Bread-first search is an algorithm that governs the movement from one node to another in a tree or graph. The order of the search is by the depth of the tree. In other words, the search algorithm starts at the top root node then moves to the second level and searches every node there. Then the algorithm proceeds to the next lower level and repeats until it reaches the deepest nodes. …
In our last installment of the series, we started off our regular expression engine with some simple pattern matching. The first iteration of our code can match literal characters and match a wildcard character. To look at more of the inner workings of regular expressions, let’s add some capability to our engine. More specifically let’s add some commons special characters: ‘?’, ‘+,’ ‘*’ Before we get into how the engine works to identify these patterns, I’ll briefly go into how each special character works:
Writing a regular expression engine
In our last installment of this series, we focused on repeating characters as well as more uses of ‘match’ and ‘matchAll.’ For this article, I am going to take a slight detour by examining how the regular expression engine itself works. I’ll do this by briefly reviewing some fundamental regular expression concepts. Then I’ll start coding our own regular expression engine.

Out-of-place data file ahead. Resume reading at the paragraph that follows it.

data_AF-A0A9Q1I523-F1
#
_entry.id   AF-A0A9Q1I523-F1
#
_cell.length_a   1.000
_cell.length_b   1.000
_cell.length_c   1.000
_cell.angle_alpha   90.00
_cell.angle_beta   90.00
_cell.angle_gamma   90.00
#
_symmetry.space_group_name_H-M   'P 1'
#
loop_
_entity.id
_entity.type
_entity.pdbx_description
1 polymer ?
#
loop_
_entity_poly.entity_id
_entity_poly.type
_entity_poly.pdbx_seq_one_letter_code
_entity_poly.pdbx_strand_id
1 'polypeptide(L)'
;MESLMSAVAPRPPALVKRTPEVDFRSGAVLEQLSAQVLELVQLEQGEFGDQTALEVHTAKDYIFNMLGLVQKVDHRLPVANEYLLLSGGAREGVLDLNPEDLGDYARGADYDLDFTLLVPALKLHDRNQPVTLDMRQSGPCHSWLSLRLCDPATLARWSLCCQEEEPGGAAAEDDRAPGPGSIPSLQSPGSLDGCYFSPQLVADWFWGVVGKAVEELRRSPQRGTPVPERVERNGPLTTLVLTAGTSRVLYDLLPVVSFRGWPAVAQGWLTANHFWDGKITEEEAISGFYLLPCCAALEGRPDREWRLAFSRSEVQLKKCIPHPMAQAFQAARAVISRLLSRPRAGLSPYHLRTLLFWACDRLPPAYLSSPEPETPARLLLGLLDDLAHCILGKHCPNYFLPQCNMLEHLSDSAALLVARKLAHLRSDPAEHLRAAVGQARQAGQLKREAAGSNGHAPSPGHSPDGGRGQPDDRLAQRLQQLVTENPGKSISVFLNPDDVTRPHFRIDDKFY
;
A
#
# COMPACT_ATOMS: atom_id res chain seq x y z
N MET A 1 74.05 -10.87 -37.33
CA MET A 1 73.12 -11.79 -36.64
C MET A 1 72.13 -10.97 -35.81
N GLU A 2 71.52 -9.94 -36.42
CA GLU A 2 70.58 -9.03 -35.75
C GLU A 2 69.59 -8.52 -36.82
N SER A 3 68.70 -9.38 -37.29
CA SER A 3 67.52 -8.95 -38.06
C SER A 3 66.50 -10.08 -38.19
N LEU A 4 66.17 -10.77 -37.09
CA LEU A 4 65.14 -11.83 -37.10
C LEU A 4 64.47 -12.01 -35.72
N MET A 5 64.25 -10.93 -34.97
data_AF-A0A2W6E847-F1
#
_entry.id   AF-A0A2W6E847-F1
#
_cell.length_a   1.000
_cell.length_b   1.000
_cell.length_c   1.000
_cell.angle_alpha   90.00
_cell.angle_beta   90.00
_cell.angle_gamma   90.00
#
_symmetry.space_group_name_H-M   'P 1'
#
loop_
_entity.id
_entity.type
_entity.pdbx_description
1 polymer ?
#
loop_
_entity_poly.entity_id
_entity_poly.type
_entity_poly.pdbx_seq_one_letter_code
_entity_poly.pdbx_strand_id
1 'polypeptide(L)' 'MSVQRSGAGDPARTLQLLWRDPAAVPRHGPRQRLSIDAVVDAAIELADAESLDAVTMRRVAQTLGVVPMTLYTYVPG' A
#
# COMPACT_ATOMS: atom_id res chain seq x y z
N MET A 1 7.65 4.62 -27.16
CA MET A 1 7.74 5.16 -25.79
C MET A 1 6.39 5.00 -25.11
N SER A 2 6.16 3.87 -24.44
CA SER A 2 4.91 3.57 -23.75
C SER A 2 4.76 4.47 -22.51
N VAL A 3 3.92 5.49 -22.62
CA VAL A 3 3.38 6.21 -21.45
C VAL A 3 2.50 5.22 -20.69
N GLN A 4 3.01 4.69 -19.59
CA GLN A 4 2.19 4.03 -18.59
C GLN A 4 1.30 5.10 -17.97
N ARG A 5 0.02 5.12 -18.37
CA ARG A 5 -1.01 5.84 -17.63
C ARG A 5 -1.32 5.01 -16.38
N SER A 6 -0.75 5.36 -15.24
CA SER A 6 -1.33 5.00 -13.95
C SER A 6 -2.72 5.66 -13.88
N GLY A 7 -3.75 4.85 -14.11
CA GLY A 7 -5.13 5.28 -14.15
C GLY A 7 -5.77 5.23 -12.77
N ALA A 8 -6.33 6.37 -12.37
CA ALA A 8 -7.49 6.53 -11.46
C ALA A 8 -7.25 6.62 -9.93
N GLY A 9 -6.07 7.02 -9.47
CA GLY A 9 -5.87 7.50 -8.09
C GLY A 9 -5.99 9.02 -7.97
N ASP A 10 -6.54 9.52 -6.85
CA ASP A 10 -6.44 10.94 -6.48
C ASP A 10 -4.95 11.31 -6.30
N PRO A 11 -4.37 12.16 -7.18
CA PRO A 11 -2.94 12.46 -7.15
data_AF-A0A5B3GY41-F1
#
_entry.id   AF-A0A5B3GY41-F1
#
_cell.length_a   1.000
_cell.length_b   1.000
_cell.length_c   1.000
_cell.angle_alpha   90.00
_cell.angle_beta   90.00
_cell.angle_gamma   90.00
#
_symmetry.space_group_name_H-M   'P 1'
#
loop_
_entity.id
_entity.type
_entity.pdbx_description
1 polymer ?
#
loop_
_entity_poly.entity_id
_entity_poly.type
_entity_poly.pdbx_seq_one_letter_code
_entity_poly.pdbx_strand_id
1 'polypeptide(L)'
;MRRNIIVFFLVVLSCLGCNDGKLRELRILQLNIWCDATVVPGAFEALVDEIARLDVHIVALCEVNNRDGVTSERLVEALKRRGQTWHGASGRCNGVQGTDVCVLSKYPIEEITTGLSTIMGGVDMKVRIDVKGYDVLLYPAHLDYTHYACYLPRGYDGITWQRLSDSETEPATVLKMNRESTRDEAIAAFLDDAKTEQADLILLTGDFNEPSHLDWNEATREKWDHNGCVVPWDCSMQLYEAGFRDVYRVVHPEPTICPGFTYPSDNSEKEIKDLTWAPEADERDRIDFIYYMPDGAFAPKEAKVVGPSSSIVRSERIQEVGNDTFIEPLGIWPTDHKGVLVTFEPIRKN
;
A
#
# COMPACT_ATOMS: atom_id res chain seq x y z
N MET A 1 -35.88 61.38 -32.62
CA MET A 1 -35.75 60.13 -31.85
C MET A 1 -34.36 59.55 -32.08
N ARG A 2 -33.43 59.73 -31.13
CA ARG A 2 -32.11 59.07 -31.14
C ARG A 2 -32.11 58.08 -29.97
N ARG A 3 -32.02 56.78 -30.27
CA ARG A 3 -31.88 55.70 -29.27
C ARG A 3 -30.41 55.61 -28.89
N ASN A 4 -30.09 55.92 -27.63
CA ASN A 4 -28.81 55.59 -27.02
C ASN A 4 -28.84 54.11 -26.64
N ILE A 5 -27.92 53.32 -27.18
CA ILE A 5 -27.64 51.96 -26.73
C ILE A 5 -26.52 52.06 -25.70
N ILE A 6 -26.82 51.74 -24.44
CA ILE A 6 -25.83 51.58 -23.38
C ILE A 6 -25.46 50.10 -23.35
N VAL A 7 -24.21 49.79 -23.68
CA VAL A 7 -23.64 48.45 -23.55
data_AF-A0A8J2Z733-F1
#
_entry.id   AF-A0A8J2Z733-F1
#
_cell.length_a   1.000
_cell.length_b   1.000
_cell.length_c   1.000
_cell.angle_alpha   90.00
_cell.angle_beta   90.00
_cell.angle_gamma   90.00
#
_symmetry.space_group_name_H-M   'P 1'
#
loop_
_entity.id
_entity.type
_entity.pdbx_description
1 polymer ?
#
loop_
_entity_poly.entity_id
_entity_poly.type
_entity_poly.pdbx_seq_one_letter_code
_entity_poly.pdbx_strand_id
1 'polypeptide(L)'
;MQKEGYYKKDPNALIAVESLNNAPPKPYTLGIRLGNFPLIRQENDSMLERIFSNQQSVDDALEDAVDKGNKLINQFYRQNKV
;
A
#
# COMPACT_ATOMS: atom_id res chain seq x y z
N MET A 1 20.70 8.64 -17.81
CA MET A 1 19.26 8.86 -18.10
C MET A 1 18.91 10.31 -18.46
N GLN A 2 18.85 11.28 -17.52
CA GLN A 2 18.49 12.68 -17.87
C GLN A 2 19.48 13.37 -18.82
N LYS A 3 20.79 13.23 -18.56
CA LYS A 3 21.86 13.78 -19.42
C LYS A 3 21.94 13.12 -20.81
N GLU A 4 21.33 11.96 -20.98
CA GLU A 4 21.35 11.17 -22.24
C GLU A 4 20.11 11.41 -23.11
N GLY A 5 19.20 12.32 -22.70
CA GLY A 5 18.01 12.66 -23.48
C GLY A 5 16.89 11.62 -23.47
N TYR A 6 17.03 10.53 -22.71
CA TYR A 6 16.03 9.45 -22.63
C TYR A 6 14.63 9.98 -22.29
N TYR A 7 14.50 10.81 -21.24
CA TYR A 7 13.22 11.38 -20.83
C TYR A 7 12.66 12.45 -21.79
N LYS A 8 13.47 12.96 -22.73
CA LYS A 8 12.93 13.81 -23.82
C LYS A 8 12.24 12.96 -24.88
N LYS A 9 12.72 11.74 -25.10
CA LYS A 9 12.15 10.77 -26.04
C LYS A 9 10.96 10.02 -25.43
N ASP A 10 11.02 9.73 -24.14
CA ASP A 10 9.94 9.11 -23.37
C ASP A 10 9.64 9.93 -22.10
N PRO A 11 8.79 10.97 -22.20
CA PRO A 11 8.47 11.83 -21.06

When technical knowledge isn’t enough
For those of us who have been coding for years, it shouldn’t be a profound revelation that coding is tough. When I say tough, I’m not just talking about the technical problem-solving. I don’t just mean the continuous learning and adding skills while pushing boundaries. I’m not even talking about the long hours spent crafting efficient code that works to solve complex algorithms. These are necessary but not sufficient skills for excelling at Software Development.
If you want to move yourself to the next level and truly excel at your craft, you must strengthen your non-technical side. The importance of non-technical skills is apparent in fields such as marketing, sales, and human resources. However, even in a field as technically oriented as software development, your “soft skills” can be just as critical. …
In our last installment, we learned how to use regular expressions to validate phone numbers and emails in a form. These problems illustrate essential concepts in regular expressions such as matching groups, repeating digits, and order of characters. For this installment, I am going to go down a rabbit hole into repeating characters generally.
For this article, I will introduce two instrumental regular expression methods that give more valuable information than the simple ‘test’ method. If we want to know more than just true(the regular expression matches) or false(the regular expression does not match), we can use ‘match’ and ‘matchAll.’ Match returns the first matching substring found along with its index in the string while ‘matchAll’ returns all of the matching substrings along with their indices. …
A. The client sends a request to a server to initiate communication
B. The client sends the request and waits for a response once the connection is locked.
C. The server receives the request and sends the data in the proper format.